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Blog Google Chrome OS to be launched in the second half of 2010

Google Chrome OS to be launched in the second half of 2010

Google plans to launch the Google Chrome OS in the second half of 2010, an operating system designed from the ground up to run the Chrome web browser on netbooks.

Google Chrome OS is built to run on both x86 architecture chips and ARM chips, like the ones increasingly found in netbooks. It is also working with multiple OEMs to get the new OS up and running next year.

This Chrome OS will be lightweight and fast just like the browser itself. But also just like the browser, it will be open-sourced.

Google says the software architecture will basically be the current Chrome browser running inside “a new windowing system on top of a Linux kernel.” So in other words, it basically is the web as an OS. And applications developers will develop for it just as they would on the web. This is similar to the approach Palm has taken with its new webOS for the Palm Pre, but Google notes that any app developed for Google Chrome OS will work in any standards-compliant browser on any OS.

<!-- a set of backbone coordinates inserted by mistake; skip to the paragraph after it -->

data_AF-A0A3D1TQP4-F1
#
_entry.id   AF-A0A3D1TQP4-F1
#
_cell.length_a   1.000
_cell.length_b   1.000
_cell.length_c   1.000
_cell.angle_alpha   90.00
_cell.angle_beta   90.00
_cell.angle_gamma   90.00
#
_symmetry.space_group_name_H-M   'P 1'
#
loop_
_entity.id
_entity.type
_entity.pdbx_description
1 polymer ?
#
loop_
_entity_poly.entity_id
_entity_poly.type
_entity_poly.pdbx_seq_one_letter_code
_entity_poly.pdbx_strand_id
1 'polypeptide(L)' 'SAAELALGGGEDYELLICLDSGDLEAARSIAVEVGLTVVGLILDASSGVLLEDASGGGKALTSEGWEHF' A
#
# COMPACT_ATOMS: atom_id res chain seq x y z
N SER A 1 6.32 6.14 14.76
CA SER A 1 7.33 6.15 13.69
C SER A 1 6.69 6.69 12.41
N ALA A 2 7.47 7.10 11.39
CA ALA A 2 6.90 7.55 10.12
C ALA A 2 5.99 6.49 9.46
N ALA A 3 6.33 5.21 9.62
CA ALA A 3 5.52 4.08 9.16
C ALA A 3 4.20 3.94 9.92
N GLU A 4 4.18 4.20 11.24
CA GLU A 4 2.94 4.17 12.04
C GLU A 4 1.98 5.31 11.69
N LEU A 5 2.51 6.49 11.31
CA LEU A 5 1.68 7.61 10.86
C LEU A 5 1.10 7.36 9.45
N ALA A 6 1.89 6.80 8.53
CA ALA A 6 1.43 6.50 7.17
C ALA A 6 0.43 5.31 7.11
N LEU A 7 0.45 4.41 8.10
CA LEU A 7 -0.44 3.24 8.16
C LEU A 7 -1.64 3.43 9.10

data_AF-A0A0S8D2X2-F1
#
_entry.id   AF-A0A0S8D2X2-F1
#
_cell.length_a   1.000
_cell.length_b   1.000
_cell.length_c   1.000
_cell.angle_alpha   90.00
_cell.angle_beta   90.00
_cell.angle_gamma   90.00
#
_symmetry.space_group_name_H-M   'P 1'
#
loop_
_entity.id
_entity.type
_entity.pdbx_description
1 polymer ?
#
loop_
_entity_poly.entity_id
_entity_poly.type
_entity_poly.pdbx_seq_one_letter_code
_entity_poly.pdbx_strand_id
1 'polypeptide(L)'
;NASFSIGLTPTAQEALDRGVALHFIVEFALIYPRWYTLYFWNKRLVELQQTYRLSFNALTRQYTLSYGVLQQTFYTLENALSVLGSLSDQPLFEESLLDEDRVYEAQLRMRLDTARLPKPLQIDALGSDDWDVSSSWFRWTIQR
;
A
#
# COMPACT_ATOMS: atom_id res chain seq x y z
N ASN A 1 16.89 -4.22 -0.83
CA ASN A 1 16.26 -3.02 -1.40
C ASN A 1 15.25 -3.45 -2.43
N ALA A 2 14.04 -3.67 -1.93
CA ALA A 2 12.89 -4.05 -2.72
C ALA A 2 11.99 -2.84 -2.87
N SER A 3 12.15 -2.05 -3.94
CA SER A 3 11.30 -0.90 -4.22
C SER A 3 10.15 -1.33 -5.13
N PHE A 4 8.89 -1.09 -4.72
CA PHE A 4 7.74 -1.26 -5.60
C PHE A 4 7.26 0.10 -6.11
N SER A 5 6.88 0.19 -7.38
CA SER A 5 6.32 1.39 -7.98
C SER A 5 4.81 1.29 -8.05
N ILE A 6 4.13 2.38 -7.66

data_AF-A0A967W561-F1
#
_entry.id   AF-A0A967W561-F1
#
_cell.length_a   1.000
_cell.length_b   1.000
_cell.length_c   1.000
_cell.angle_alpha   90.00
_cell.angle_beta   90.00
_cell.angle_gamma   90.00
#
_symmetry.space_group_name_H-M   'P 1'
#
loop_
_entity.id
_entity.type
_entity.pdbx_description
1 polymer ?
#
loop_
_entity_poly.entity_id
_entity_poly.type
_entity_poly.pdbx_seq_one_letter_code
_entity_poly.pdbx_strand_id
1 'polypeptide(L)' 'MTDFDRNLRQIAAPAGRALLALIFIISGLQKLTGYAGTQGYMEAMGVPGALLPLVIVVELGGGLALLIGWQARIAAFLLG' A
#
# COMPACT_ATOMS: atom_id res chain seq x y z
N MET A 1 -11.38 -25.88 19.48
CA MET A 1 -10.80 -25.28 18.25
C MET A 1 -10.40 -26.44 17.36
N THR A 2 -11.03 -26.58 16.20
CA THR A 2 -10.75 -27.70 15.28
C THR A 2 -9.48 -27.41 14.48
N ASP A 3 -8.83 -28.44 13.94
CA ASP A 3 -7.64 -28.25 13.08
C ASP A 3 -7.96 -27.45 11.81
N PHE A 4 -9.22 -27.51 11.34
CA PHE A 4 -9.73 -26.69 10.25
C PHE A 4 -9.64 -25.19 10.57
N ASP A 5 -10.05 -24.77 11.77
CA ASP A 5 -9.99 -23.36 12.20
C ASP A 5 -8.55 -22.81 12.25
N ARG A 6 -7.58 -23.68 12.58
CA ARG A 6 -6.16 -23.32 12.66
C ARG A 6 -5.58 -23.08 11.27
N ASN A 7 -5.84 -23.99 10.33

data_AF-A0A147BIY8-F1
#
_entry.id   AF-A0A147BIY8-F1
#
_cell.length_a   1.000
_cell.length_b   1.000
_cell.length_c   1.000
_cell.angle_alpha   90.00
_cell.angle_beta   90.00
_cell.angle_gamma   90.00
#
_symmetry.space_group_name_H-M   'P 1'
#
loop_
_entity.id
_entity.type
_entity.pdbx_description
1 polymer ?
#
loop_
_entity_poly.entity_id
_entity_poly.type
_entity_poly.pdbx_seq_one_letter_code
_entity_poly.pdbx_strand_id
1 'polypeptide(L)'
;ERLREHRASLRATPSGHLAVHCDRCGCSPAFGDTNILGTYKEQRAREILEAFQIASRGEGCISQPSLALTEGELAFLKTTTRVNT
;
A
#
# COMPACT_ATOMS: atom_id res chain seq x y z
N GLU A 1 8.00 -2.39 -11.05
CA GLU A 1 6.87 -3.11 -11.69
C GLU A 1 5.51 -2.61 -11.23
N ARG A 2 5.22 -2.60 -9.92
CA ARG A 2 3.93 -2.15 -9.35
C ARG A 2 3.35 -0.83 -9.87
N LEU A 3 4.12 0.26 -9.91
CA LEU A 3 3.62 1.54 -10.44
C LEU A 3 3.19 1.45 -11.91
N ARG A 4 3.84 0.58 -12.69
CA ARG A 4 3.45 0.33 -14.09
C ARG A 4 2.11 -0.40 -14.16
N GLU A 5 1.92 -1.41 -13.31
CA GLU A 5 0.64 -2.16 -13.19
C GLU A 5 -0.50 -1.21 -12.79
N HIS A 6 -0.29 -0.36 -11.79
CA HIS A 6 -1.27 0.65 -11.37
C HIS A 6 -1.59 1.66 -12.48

Chrome OS will be all about the web apps. And no doubt HTML 5 is going to be a huge part of all of this. A lot of people are still wary about running web apps for when their computer isn’t connected to the web. But HTML 5 has the potential to change that, as you’ll be able to work in the browser even when not connected, and upload when you are again.

Google plans to release the open source code for Chrome OS later this year ahead of the launch next year. Don’t be surprised if this code drops around the same time as Windows 7.

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2 thoughts on “Google Chrome OS to be launched in the second half of 2010”

  1. When they say Linux, they are talking about the kernel only. Linux distributions include a windowing system ( — don’t see XFree86 anymore) and a desktop (Gnome, KDE, Xfce; or at least a window manager). Google appears to in the process of getting rid of X windowing system, window managers, desktops, etc. and replacing them with the necessary GUI application management integrated with the Chrome browser sitting atop the Linux Kernal. Though technically a Linux distribution, all current distributions are based on X for a GUI or use a Unix-type shell for an interface. It appears that Google will replace all of that with a simple windowing system that will integrate extensively with the Chrome browser and use the Linux kernel to run the hardware.

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